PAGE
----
Solo outings from Africans With Mainframes member Noleian Reusse are relatively rare. Here he dons a brand new alias, the Eddie Murphy-referencing Dexter St Jacques, and sets off on a techno trip into the ether. Opener “Laamb” [sic] is a curious but alluring beast, with undulating synthesizer and acid lines riding a fizzing, almost bubbly drum machine rhythm. It feels like electronic jazz with techno drums, yet it’s not overtly jazzy. There’s a similar feel about the more distorted “Temporal Understanding”, where rising and falling melodies lines and winding electronics compete for attention over a hissing drum machine groove.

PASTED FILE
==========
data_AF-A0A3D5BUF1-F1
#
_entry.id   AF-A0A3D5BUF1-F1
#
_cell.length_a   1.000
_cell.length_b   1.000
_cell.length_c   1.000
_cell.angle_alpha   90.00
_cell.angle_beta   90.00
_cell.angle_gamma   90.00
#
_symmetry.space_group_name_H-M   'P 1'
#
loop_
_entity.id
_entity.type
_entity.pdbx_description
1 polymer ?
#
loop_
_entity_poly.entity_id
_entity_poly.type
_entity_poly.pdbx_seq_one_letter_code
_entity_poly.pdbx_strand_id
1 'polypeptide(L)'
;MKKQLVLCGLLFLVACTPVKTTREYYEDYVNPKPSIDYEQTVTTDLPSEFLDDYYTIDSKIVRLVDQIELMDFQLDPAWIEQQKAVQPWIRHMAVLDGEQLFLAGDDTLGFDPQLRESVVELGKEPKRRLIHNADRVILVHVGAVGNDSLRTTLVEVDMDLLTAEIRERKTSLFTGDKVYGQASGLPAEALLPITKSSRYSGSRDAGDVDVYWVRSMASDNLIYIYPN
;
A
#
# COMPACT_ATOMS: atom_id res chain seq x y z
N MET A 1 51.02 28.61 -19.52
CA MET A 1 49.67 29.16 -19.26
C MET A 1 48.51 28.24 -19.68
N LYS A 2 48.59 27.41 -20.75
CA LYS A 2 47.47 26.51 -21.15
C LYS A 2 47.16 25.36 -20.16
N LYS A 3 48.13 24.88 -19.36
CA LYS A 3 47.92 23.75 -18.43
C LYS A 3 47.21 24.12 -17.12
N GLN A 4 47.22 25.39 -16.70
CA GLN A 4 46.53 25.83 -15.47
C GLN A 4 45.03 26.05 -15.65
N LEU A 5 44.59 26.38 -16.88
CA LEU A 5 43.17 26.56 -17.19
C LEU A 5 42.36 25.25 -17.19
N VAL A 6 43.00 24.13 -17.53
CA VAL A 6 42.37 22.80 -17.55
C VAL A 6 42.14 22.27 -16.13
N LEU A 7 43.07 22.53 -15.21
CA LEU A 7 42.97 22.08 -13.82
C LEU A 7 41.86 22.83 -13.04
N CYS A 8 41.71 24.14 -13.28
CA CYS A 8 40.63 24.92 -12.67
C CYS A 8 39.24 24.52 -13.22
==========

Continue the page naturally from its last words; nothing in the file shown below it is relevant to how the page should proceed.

Sequencias first release for 2015 comes from Chicagoan, Area. He has melded elements from bass music, industrial, electroacoustic, spoken-word and techno into 3 tracks that distill their influences into something greater than the sum of its parts. Opener “Circadian” is built on a two-chord refrain to a stepping rhythm amidst a dank warehouse atmosphere. Spoken-word interlude, “One Less Me,” is little more than a female voice processed and cleverly twisted over crisp electronic filigree. The EP closes with “XXeXX” (Crushkilled Version), which sounds like the remnants of the opening track after being drop-forged and scattered to the breeze—long peals of reverberating melodic feedback straining under a dense bank of static fog—breaking free every few measures to expand into the light, then crushed. “One Less Me” is the beginning of a new relationship that we look forward to see flourish in the future, and of course, to share it with you.